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How do I pitch ideas to a TV producer?
September 5, 2006 2:14 PM   Subscribe

Pitching to TV: I'm a writer and used to pitching ideas for magazines (mostly print) and then writing the story, sending the invoice, and getting paid. I have a great opportunity to pitch ideas for a TV show (on public television). The show is already in production and has money for next season lined up. Has anyone transitioned from print to TV? How do I charge money for this?

80% of the show is filmed locally (it's shown nationally), so most resources would also be local -- subjects, experts, real-life examples, etc. I already pull these together for printed stories.

I already know these guys from writing a story about their show. They offered me a job as I was interviewing them, but I want to keep freelancing, so it's still out there.

Any other suggestions re: putting my TV glasses on would also help. But I'm interested in how this process works.

Thoughts? Personal experiences, good or bad?
posted by mdiskin to Media & Arts (4 answers total) 3 users marked this as a favorite
 
I have some experience to offer, but don't know what to tell you without the specifics of what the TV people are expecting from you, and what kind of show it is. Are they expecting you to write and produce an entire episode of their show? (If so, this may be what they had in mind when they offered you a full-time job.) If you're just pitching them an idea that they will then go make a show out of, you're not offering them a lot -- since they will be doing most of the work.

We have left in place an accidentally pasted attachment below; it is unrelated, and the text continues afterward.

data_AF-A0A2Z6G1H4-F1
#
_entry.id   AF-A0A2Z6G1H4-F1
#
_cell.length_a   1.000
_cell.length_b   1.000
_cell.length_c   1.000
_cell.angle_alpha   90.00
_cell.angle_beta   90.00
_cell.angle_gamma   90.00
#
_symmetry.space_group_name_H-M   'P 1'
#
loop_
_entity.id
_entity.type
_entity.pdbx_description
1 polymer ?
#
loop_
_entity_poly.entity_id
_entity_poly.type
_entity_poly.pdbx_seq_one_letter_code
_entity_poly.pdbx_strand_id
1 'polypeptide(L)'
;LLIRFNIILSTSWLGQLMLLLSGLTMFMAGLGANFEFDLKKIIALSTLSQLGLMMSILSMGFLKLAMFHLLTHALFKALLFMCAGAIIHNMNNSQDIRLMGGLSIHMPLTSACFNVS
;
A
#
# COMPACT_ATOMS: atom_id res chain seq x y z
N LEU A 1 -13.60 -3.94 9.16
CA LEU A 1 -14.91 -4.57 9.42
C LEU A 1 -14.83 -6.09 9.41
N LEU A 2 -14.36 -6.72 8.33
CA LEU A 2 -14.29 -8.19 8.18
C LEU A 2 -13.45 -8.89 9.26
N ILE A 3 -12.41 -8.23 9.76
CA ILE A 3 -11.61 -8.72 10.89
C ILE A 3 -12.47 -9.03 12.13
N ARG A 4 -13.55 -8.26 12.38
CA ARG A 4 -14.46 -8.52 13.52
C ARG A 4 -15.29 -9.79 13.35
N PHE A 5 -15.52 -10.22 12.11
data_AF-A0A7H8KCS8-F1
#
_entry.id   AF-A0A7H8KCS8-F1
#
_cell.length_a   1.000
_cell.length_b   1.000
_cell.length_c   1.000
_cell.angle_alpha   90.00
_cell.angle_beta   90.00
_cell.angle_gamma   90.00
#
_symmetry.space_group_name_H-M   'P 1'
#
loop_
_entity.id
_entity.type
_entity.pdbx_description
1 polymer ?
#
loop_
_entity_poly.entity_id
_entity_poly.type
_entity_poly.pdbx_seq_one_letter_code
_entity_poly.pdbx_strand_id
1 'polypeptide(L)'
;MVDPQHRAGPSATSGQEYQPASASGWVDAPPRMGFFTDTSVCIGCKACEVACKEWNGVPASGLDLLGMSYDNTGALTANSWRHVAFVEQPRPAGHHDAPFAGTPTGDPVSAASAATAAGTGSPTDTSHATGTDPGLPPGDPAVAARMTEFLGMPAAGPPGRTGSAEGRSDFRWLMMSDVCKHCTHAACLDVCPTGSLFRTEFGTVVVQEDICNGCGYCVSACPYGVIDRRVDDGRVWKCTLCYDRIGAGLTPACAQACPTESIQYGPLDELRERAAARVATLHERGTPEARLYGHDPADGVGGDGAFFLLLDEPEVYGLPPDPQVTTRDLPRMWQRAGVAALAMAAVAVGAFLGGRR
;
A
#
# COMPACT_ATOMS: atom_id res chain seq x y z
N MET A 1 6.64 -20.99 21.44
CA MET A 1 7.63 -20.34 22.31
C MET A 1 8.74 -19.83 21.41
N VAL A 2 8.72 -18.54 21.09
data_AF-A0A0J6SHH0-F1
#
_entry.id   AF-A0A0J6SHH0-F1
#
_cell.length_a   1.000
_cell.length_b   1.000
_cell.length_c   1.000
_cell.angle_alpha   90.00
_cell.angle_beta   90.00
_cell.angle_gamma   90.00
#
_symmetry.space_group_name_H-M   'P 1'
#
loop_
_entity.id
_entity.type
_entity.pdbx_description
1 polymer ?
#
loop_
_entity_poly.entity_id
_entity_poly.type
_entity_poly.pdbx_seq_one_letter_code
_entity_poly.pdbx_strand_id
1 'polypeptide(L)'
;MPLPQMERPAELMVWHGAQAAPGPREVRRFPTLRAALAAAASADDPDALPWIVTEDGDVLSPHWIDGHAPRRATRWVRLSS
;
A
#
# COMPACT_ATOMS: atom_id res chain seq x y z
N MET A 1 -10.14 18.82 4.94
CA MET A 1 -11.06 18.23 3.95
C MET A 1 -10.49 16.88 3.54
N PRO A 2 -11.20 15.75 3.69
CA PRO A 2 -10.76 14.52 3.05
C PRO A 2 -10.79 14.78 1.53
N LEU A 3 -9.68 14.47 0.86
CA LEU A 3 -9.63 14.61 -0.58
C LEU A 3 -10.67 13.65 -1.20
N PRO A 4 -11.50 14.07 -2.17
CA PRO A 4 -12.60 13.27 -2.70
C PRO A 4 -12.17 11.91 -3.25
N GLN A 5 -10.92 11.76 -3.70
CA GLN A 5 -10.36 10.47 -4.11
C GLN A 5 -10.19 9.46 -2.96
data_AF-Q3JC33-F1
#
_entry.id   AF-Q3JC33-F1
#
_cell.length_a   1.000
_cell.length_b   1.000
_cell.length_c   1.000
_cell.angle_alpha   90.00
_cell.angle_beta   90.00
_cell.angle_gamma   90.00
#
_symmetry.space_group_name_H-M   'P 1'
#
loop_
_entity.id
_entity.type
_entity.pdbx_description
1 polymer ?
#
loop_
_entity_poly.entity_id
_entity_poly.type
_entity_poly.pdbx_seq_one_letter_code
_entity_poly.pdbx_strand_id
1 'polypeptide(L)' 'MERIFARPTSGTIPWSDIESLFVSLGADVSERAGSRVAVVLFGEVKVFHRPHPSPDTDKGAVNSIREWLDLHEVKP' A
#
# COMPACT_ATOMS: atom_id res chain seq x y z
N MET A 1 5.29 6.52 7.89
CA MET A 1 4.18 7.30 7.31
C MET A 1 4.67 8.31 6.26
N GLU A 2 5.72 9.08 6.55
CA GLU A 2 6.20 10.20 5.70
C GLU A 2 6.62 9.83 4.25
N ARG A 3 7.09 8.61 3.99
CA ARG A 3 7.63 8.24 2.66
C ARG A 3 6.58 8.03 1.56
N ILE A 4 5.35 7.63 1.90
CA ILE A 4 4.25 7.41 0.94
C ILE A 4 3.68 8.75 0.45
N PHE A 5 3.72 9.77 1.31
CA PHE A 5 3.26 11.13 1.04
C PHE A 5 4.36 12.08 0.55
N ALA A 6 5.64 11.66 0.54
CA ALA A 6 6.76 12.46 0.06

TV writing is a whole different animal from print, and the production of a TV show is a lot more complicated and collaborative than the lone-wolf style of a freelance journalist. If they were offering you an entry-level job that comes with training in TV production, and you want to continue on in the business, then I'd jump on it.
posted by turducken at 5:20 PM on September 5, 2006


I used to work with a newspaper editor who wrote some scripts for a locally-produced public television documentary. I'm pretty sure he called the folks involved with the show, made the pitch, then explained his lack of a TV background. Anyhow, they worked it out. (Insert the details that would really help you here, which sadly I don't know.) It took a lot more time than he'd predicted for the result that they got.
posted by croutonsupafreak at 8:34 PM on September 5, 2006


...and to answer your most pressing question, if you're doing piece-work (i.e., writing a script-for-hire), and they're a legit outfit (and it sounds like they are), they will have a standard rate that they pay. Just ask them. No, you don't need an agent, no, you can't squeeze more out of them, especially if it's public TV. When you write a few things for them and they love yourf work, then you can ask for a raise. (Just like with a magazine.)
posted by turducken at 11:25 PM on September 5, 2006


Thanks. It seems as if I could do a lot with the team in several capacities (primarily as a writer and editor). Their show is right in the sweet spot of where I'm pitching my mag articles, and I have some fantastic sources of info that I could develop for the show, and who deserve TV time.

If I can pitch, write and make some $$ doing it, I'd love to diversify. (I do have a little grad-school film/media experience.) The show has a"tell it, girlfriend" vibe that fits well with the stuff I've been writing lately, too, so I think I could transition easily to how the hosts speak.

I hit it off with the exec producer and host and like the idea of working with them as a freelancer.
posted by mdiskin at 7:04 PM on September 6, 2006


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